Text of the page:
Eye Branch

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Eye Branch Line
Yaxley Halt
Eye
Mellis
Great Eastern
Main Line

The Eye Branch was a two miles 72 chains long single track branch railway line in Suffolk, England that ran from Mellis railway station on the Great Eastern Main Line to Eye via one intermediate station, Yaxley Halt.[1] It was the shortest railway branch line in East Anglia to enjoy a regular passenger service.

History[edit]

As early as the 1820s various railway schemes were planned to serve the town of Eye. In the 1840s, the town leaders of Eye lobbied to have a station on the main line, but when the main line from Ipswich to Norwich opened in 1849 it ran three miles to the west of the town and the provision of the station at Mellis railway station was "built to afford a communication with the neighbouring town of Eye". The station at Mellis was proposed by the Ipswich and Bury Railway as part of their route to Norwich. Such were the changes in the railway industry that in 1847 the Ipswich and Bury Railway became part of the Eastern Union Railway who started operating service between Haughley and Burston on 2 July 1849.[2][3] This railway became part of the Great Eastern Railway in 1862.

It was not until 30 November 1864 an act was deposited for the building of the railway from Mellis to Eye. This passed into law on 5 July 1865 and the Mellis and Eye Railway (M&ER) started construction soon after.[4]

The first special train ran on 10 December 1866 but it was not until 8 February 1867 that the Board of Trade inspected the line (the delay being as a result of bad weather).[5] Regular passenger services did not begin until 2 April 1867 as the independent company negotiated with the Great Eastern Railway (GER) who supplied rolling stock to run the line. Eventually a deal was struck where the GER took 50% of the gross receipts in return for operating the line for ten years.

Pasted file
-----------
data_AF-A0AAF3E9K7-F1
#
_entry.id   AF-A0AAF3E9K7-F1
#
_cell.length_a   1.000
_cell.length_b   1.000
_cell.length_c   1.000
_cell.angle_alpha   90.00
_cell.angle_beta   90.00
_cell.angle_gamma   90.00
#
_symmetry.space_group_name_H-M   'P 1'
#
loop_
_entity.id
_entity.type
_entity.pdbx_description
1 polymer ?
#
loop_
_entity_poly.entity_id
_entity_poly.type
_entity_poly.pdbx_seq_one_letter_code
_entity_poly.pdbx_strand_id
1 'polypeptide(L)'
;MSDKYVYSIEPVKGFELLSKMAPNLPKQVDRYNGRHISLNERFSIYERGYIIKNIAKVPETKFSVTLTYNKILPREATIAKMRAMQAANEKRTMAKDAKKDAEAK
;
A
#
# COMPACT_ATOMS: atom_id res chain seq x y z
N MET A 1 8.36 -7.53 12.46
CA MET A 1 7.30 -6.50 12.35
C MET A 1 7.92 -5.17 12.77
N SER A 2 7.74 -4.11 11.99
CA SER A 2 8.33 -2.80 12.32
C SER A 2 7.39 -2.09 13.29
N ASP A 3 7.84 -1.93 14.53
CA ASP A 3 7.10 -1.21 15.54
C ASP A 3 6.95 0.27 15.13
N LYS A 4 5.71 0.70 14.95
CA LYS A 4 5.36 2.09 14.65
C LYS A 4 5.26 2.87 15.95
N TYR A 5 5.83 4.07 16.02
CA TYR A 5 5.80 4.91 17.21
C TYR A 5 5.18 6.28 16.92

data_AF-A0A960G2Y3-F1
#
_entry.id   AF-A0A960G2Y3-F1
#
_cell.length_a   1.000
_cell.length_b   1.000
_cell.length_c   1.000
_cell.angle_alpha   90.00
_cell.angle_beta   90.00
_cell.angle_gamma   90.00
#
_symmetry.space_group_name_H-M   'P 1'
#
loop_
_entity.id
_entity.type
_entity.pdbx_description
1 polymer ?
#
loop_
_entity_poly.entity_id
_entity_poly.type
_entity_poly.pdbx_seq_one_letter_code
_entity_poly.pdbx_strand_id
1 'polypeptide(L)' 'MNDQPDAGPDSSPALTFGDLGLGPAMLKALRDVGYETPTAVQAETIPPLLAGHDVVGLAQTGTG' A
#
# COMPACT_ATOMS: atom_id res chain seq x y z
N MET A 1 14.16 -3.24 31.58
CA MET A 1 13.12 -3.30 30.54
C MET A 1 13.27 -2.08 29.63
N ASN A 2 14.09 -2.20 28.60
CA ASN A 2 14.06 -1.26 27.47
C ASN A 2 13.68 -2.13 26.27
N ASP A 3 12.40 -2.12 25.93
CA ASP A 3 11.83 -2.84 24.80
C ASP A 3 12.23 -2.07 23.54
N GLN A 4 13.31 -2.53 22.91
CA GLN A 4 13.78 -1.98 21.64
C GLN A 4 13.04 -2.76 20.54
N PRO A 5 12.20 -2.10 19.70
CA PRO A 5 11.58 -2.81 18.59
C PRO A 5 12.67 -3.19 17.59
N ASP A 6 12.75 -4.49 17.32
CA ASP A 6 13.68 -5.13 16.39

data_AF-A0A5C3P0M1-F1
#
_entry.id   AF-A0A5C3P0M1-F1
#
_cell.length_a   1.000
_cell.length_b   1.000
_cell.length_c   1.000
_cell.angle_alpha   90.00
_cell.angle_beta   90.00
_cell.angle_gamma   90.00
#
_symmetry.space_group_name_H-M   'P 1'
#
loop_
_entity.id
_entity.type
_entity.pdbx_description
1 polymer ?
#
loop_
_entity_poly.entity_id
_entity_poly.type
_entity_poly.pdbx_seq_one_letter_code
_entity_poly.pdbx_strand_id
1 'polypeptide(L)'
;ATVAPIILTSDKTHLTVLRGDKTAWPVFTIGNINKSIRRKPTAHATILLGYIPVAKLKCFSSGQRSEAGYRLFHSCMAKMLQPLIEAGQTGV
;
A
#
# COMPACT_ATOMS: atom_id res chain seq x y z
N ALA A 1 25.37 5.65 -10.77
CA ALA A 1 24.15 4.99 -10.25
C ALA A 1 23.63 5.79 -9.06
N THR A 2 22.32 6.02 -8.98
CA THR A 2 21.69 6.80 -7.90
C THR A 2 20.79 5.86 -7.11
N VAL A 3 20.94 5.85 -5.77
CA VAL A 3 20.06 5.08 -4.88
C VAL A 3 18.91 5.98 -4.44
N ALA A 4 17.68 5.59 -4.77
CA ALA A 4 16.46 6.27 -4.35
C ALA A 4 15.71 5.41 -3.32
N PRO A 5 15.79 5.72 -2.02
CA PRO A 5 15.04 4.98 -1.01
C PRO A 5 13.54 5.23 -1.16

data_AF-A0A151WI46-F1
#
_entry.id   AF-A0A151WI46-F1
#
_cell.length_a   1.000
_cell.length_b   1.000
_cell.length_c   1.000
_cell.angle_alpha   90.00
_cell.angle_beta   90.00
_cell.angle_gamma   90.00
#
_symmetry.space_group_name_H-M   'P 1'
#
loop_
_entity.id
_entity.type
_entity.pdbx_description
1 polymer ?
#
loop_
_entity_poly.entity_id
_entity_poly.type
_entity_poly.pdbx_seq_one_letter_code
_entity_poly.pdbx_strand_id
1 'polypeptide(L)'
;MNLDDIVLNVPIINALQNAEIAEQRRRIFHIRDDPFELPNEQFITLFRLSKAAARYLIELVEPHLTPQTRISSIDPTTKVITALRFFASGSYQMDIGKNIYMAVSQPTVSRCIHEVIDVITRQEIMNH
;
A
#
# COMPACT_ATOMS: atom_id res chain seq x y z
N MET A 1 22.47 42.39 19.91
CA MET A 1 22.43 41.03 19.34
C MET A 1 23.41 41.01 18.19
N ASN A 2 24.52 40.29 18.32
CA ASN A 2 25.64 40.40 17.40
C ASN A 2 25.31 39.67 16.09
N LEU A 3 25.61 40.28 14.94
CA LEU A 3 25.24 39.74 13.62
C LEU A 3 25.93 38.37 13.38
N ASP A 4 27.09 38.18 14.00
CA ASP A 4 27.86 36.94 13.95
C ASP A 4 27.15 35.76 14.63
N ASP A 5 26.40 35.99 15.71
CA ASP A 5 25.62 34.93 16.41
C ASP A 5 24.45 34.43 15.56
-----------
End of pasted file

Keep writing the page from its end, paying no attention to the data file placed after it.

The GER exploited the fact the small company could not afford its own locomotives and rolling stock and in fact increased its take to 60% of gross receipts in order to cover the costs of operating the line. By 1883 relations between the owning company and the GER improved and a dividend was paid. Freight traffic was good at this point and when the GER finally absorbed the original railway company they paid face value for the shares.

In the early 1900s the population of Eye declined, two firms that generated significant goods traffic for the line went out of business and the opening of the Mid-Suffolk Light Railway led to a further decline in freight services.[6] World War 1 saw an upturn in traffic as increased local produce was sent to towns and cities as there was a shortage of imported food.[7]

The only intermediate halt on the line - Yaxley Halt railway station - was opened on 20 December 1922.[8]

In 1923 the GER became part of the London & North Eastern Railway. The following year a seven day strike saw a decline in the lines freight traffic. The General Strike of 1926 saw the passenger service suspended as coal stocks ran low although later on in the strike, two trains per day were reinstated.[9]

The improvement to roads and rural bus services in the 1920s resulted in the line closing to passengers on 2 February 1931. The engine shed closed shortly afterwards and the outbased locomotive returned to Ipswich engine shed, the signals were removed and some staff transferred away. Throughout the rest of the 1930s the freight traffic was dealt with two trains per day.[10]

During World War 2 the branch acted as a railhead for a number of airfields. The station was attacked during the war by a Stuka divebomber but little damage was done.[11]